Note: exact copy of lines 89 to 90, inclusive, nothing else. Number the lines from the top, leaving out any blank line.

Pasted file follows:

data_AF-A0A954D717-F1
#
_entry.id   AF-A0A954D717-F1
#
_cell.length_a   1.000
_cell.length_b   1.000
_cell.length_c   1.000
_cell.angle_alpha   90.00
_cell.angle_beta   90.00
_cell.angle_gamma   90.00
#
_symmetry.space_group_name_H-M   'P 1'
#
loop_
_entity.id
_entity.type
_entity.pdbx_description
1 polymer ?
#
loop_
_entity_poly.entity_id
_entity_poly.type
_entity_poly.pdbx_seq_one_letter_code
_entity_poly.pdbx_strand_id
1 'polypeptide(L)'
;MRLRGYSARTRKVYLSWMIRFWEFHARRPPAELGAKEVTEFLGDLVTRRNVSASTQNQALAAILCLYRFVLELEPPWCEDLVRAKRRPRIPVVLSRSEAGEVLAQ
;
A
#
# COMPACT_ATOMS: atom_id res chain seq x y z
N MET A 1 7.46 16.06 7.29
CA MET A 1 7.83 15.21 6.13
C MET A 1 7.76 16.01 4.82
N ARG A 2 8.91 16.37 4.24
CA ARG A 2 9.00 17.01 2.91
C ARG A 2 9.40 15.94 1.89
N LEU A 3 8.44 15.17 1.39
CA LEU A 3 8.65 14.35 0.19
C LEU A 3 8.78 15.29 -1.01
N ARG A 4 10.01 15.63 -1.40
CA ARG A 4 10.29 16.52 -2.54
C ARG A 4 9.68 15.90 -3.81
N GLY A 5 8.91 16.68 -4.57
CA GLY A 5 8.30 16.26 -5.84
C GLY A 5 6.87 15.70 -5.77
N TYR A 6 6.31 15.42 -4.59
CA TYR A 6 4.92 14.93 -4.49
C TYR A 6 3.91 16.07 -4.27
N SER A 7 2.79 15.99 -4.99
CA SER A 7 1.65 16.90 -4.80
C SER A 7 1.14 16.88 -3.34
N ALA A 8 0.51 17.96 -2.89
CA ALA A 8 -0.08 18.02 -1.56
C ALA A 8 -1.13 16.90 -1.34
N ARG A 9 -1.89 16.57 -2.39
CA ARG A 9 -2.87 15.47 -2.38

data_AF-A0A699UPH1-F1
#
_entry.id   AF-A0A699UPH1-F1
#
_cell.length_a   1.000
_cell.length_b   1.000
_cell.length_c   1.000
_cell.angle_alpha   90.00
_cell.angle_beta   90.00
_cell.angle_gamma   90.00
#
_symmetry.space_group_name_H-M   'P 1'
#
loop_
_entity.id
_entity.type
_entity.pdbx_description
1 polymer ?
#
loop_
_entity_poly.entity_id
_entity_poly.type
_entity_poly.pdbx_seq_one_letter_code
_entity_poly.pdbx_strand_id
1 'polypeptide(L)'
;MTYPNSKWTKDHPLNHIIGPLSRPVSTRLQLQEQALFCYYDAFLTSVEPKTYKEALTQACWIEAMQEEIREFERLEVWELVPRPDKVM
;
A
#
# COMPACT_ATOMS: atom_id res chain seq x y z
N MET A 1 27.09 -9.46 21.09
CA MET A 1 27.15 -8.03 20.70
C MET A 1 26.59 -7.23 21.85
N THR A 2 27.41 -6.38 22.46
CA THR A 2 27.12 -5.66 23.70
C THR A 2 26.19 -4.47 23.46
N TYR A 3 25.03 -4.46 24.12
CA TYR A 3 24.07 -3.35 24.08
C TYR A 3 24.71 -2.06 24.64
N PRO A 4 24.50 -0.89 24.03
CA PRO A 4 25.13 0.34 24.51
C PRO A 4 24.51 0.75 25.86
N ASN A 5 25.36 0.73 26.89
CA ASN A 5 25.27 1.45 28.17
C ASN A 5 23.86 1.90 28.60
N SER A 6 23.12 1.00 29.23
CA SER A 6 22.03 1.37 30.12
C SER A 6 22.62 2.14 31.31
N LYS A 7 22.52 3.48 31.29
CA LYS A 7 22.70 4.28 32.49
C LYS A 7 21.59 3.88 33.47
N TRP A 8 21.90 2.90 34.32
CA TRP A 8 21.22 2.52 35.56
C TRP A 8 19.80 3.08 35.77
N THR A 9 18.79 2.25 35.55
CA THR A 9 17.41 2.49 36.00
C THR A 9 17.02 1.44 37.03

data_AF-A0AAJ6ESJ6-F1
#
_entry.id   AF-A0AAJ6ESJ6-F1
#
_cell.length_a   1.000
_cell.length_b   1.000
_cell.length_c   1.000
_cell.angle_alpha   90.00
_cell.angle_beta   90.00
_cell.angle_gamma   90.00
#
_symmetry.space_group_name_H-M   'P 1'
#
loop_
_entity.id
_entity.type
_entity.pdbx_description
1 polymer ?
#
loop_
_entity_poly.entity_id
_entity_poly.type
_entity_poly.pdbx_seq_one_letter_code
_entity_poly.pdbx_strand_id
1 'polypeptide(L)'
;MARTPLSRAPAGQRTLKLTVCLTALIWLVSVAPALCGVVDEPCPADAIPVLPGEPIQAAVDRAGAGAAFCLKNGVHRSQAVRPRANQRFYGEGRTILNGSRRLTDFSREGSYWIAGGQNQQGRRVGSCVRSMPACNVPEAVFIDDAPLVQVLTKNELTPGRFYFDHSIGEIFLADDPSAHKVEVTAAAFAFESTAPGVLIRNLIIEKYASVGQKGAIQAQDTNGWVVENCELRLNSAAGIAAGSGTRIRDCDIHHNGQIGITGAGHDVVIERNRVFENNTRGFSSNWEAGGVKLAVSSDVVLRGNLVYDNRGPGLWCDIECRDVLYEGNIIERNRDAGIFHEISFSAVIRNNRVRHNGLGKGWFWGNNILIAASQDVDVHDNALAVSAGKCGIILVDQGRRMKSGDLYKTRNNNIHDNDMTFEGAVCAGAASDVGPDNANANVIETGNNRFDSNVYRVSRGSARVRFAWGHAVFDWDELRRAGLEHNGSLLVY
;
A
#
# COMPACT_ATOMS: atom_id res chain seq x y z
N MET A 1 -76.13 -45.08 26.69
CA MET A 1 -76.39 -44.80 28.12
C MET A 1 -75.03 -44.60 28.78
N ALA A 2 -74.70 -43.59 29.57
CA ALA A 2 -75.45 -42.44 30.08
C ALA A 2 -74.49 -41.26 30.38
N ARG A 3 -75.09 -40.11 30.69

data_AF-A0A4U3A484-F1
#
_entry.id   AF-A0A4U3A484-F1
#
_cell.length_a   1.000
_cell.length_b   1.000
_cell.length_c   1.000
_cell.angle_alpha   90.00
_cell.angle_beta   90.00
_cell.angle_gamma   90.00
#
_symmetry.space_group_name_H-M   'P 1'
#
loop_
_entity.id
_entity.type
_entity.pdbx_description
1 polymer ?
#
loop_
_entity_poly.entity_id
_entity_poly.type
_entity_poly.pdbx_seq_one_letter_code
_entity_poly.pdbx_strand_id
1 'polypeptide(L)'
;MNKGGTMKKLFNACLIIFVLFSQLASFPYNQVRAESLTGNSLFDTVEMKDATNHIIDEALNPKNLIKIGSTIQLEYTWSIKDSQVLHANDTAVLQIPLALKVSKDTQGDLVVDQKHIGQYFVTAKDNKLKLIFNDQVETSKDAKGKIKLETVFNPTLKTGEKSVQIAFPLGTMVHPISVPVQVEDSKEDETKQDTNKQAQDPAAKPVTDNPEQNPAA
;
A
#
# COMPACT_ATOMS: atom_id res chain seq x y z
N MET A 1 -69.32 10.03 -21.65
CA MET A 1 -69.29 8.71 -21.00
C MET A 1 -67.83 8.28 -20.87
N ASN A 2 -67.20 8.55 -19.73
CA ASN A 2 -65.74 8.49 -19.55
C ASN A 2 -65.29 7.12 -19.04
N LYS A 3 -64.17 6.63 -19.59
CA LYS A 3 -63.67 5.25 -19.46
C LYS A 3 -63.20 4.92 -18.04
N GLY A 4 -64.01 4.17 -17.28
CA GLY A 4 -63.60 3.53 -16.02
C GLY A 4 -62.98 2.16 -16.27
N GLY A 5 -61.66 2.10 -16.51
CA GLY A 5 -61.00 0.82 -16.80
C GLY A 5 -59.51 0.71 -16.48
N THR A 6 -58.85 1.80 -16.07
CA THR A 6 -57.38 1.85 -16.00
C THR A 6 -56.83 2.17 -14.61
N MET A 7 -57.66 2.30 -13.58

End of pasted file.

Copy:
C MET A 1 26.59 -7.23 21.85
N THR A 2 27.41 -6.38 22.46